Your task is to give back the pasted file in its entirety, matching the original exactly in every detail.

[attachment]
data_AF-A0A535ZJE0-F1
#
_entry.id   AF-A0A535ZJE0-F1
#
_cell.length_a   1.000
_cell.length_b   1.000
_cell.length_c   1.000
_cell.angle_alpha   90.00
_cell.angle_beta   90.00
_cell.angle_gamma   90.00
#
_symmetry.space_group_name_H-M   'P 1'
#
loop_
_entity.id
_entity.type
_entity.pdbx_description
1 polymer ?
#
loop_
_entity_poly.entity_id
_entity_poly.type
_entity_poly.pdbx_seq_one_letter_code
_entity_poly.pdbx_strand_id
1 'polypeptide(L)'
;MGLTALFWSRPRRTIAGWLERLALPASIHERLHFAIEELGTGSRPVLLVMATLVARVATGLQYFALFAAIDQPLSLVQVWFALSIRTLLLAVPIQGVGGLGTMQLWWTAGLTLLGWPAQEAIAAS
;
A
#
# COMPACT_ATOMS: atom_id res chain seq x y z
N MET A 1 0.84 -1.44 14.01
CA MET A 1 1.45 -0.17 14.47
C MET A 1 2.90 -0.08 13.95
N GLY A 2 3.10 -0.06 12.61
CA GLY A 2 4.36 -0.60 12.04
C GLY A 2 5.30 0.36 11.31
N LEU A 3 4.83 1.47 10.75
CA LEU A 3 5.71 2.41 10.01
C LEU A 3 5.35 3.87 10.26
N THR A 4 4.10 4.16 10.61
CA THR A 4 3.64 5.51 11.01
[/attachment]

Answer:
data_AF-A0A535ZJE0-F1
#
_entry.id   AF-A0A535ZJE0-F1
#
_cell.length_a   1.000
_cell.length_b   1.000
_cell.length_c   1.000
_cell.angle_alpha   90.00
_cell.angle_beta   90.00
_cell.angle_gamma   90.00
#
_symmetry.space_group_name_H-M   'P 1'
#
loop_
_entity.id
_entity.type
_entity.pdbx_description
1 polymer ?
#
loop_
_entity_poly.entity_id
_entity_poly.type
_entity_poly.pdbx_seq_one_letter_code
_entity_poly.pdbx_strand_id
1 'polypeptide(L)'
;MGLTALFWSRPRRTIAGWLERLALPASIHERLHFAIEELGTGSRPVLLVMATLVARVATGLQYFALFAAIDQPLSLVQVWFALSIRTLLLAVPIQGVGGLGTMQLWWTAGLTLLGWPAQEAIAAS
;
A
#
# COMPACT_ATOMS: atom_id res chain seq x y z
N MET A 1 0.84 -1.44 14.01
CA MET A 1 1.45 -0.17 14.47
C MET A 1 2.90 -0.08 13.95
N GLY A 2 3.10 -0.06 12.61
CA GLY A 2 4.36 -0.60 12.04
C GLY A 2 5.30 0.36 11.31
N LEU A 3 4.83 1.47 10.75
CA LEU A 3 5.71 2.41 10.01
C LEU A 3 5.35 3.87 10.26
N THR A 4 4.10 4.16 10.61
CA THR A 4 3.64 5.51 11.01